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Autumn 2006 Listening Test, MP3 @ 128 kbps vs. Multiformat @ 80 kbps
guruboolez
post Aug 16 2006, 12:10
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QUOTE (jmartis @ Aug 16 2006, 12:43) *
QUOTE (guruboolez @ Aug 16 2006, 12:37) *

... On the other side, didn't Fastenc joint-stereo suffer from another kind of bug (stereo collapse or something like that)?

This bug is just in the Fastencc from rarewares, it is not present in the newer (WMP) fastenc.

Not only in this unofficial encoder; see http://www.hydrogenaudio.org/forums/index....ost&p=13607
Official product including "SlowEnc" were also affected. But it doesn't really matter, because we're mostly interested I suppose by the fast "Fastenc", and not the legacy one which was so slow (and buggy).
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Gabriel
post Aug 16 2006, 12:22
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Regarding Apple, if there are specific questions I could direct them to the right persons.
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guruboolez
post Aug 16 2006, 12:22
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QUOTE (Sebastian Mares @ Aug 16 2006, 12:44) *
WMP's MP3 encoder on the other hand is CBR only. There is no VBR option provided. Using MMJB or AA is an option, but just like for WMP and its CBR encoder, the encoders are not only FhG, but FhG + company tunings.

Are you sure that these encoders are also tuned by these companies?
Anyway, if the Fhg "generic" encoder really benefits from external tuning, the question isn't only to see which mode (VBR or CBR) is better but also which companie is providing the best Fhg-mod encoder. In this case, we don't have the choice : we can't mail to the developer (hello, is your encoder better than your direct competitor?... guess the answer! tongue.gif ) and we're forced to perform intensive pre-tests... and just for Fhg encoder! Then iTunes, then Helix...

Now you can see the problem with pre-test: it's a neverending task.

This post has been edited by guruboolez: Aug 16 2006, 12:23
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vlada
post Aug 16 2006, 12:31
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QUOTE (guruboolez @ Aug 16 2006, 00:54) *
An alternative choice would be "112 kbps + VBR" which would correspond to a bitrate higher than 112 kbps and --who knows-- maybe as close to 128 kbps than the previous setting. But as Roberto explained it this choice would handicap iTunes encoder (as it handicap it in 2004).


Why sould this handicap the iTunes encoder? If this is the best setting you can set to get files with average bitrate ~130kbps, then it is their faul the didn't implement a better VBR. Or use 128 CBR if it will produce better results.

QUOTE (guruboolez @ Aug 16 2006, 00:54) *
So assuming that iTunes 112@VBR is lower quality than 128@CBR, we still don't know how iTunes 128@VBR would perform against CBR@128. As I said, VBR@128 won't go below 128 kbps. Therefore it's hard to imaging this setting performing poorer than 128@CBR! So what we really need to know is the average bitrate of iTunes VBR at "128 kbps". If the average bitrate isn't too far from 128 kbps then iTunes VBR would easily be include in the test. If the bitrate is a bit too high (138...140 kbps) then we could easily increase a bit the setting for HELIX, FHG (and also GOGO). Then we would perform a listening test at ~135...140 kbps instead of a ~128...132 kbps one. Not a big issue in my opinion.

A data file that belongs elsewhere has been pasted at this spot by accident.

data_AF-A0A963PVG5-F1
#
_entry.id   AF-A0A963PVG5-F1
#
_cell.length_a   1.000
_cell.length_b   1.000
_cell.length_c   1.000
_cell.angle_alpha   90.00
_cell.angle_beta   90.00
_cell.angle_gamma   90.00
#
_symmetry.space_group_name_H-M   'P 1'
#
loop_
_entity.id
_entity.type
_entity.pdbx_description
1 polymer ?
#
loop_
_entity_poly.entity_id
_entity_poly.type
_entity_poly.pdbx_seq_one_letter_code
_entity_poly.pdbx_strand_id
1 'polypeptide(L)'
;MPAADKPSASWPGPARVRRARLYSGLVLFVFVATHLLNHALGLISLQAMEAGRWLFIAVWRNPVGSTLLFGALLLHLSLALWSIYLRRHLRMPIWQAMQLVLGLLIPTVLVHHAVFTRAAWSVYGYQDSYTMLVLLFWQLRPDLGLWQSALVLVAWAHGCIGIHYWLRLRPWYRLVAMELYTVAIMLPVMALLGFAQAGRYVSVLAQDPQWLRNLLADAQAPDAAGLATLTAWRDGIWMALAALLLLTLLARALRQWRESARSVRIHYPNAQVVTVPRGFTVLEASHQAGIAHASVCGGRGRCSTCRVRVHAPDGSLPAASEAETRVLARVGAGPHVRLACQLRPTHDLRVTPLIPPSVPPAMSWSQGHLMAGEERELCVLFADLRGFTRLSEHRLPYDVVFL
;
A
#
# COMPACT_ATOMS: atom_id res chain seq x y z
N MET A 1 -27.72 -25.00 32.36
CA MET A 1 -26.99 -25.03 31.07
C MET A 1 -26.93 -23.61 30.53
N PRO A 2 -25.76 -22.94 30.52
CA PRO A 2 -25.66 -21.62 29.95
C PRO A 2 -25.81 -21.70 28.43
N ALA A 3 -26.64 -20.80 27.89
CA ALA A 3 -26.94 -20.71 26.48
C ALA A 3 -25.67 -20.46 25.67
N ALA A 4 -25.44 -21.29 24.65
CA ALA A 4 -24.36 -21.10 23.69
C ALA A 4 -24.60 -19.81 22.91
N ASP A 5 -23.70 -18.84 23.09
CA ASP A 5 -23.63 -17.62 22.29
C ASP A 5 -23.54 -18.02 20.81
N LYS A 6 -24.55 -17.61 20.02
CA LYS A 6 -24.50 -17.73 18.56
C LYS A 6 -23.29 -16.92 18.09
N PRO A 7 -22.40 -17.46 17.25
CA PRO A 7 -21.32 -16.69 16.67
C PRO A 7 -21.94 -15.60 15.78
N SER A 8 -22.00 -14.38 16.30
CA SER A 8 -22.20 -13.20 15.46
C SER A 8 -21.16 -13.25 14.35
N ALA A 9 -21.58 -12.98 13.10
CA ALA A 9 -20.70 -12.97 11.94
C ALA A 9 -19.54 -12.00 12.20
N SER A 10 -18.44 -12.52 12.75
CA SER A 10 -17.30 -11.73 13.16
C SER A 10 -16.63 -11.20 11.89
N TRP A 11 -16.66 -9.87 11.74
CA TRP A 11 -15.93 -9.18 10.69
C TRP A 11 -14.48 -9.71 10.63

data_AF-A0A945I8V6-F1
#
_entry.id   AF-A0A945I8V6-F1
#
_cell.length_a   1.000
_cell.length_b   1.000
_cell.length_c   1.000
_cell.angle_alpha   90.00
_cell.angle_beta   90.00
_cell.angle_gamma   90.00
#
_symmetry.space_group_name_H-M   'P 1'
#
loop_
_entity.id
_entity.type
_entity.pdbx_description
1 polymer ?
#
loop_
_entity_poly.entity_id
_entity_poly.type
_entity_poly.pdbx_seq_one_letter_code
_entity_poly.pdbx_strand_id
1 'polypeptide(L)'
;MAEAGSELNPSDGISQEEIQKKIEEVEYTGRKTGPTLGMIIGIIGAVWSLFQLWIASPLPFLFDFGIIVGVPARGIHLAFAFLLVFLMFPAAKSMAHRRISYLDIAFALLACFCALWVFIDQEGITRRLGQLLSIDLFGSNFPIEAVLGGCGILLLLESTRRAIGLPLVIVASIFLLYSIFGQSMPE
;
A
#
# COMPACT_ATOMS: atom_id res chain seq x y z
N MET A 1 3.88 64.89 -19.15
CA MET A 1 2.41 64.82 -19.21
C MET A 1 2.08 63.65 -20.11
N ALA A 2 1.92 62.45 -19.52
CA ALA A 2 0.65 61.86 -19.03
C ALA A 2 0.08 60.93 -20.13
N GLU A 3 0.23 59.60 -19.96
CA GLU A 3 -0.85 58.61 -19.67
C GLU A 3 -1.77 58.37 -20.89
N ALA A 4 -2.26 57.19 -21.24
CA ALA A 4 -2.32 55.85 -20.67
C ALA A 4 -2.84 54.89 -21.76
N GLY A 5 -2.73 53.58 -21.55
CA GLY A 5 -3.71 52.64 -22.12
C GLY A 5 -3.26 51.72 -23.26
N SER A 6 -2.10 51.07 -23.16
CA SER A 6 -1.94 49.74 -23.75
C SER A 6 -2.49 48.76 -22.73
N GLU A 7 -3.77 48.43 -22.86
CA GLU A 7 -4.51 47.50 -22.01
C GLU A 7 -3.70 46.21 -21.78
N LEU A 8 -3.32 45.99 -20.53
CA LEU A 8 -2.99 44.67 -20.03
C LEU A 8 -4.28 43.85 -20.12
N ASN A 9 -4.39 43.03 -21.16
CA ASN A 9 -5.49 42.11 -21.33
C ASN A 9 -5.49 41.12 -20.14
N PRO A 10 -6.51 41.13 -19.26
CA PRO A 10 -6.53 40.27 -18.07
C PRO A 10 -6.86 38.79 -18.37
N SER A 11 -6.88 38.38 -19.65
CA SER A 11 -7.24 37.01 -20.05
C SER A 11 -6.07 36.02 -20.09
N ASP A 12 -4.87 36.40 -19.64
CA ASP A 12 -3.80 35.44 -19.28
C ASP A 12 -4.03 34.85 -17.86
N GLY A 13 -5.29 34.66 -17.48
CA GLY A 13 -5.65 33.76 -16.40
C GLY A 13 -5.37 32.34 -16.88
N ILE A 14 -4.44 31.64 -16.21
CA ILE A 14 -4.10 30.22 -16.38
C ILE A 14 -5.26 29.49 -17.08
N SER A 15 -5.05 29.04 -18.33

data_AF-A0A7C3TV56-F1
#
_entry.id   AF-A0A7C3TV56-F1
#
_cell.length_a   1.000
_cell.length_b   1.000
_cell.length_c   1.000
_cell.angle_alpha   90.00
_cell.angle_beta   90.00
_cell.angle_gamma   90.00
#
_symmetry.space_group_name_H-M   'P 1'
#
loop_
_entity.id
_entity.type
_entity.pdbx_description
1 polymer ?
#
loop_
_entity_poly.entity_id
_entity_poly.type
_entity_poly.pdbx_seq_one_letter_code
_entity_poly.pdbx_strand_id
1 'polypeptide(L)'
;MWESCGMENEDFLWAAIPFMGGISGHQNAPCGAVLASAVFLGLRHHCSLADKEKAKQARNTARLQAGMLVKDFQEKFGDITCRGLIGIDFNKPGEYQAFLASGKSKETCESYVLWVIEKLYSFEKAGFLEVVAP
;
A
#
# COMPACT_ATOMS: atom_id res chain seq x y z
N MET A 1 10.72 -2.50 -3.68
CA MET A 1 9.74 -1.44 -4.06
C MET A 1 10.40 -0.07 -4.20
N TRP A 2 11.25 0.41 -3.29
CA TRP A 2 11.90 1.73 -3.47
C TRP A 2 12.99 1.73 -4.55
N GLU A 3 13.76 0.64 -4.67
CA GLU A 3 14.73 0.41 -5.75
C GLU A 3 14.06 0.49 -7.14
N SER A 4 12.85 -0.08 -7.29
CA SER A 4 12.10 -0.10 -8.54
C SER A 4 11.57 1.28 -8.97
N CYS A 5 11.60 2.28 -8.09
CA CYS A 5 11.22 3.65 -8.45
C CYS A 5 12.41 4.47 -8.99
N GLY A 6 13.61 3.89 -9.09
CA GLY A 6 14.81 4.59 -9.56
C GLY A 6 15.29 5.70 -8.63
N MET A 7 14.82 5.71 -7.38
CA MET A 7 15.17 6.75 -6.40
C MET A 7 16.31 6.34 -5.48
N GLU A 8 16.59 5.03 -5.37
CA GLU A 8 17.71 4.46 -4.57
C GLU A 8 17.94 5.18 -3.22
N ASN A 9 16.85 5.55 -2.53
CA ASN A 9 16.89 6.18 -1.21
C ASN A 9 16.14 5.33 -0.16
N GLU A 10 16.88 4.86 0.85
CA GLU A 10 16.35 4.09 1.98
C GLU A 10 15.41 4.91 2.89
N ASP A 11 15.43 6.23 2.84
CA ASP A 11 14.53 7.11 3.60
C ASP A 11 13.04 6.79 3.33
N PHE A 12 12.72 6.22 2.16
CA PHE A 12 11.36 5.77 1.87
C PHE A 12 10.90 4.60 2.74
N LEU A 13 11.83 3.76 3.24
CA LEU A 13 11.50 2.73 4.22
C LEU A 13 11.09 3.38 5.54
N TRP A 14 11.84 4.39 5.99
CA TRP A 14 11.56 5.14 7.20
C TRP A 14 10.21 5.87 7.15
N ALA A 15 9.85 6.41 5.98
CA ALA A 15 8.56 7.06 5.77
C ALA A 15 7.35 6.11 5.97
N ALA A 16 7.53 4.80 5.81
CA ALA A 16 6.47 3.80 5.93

I think if iTunes 112 kbps + VBR would produce bitrate which would be close to 128 kbps, I would go with it. If you have a VBR encoder which would produce lower bitrates then 128 kbps with 112 kbps set as minimum bitrate, I wouldn't call such encoder VBR. It is a hybrid between CBR and VBR, but much closer to CBR.
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guruboolez
post Aug 16 2006, 12:43
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QUOTE (vlada @ Aug 16 2006, 13:31) *
Why sould this handicap the iTunes encoder? If this is the best setting you can set to get files with average bitrate ~130kbps, then it is their faul the didn't implement a better VBR. Or use 128 CBR if it will produce better results.

The handicap would come from a too low bitrate (it was the case in 2004; situation is maybe different with latest iTunes). But if bitrate is indeed close to 130 kbps then no problem smile.gif
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fpi
post Aug 16 2006, 12:48
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QUOTE (guruboolez @ Aug 16 2006, 04:37) *
If people are interested to see how various MP3 encoders perform compared to LAME, I'd tend to say that it wouldn't be a bad idea to test them all with similar settings: VBR against VBR, CBR against CBR. VBR is per default supposed to offer a better quality (or efficiency) than CBR, especially on hard-to-encode samples (precisely what we're used to include in listening tests). HELIX, Apple, Fraunhofer... have all put energy and money to develop a VBR mode; this mode is offered to the public; there is no contraindication nor warning against VBR in the manual telling to users that VBR isn't tuned enough. And as far as I can remember, we didn't mail to Apple developers neither the Microsoft ones to see if we had to prefer CBR over VBR with iTunes AAC or WMAPro (last 130 kbps multiformat listening test).

I'm not against the idea of questionning developers themselves, but as you said, answer may take a long time. I'm not against making a pre-test, but it looks like filling ourselves a hole in the encoder/software's manual (and I'm very sceptical about the success of such pre-tests -- which are requiring as energy as the final test: we can't count on a pre-test to help us and spoil it by a lack of samples/testers). The idea of having two distinct tests (one for CBR, another for VBR) is also a good one, but again I'm not sure that many people are interested to spend free time to test twice what is often considered as an outdated format (MP3), including what is often perceived as outdated encoders (Fhg, iTunes), with one test dedicated to what is considered with right as a wrong coding method (CBR).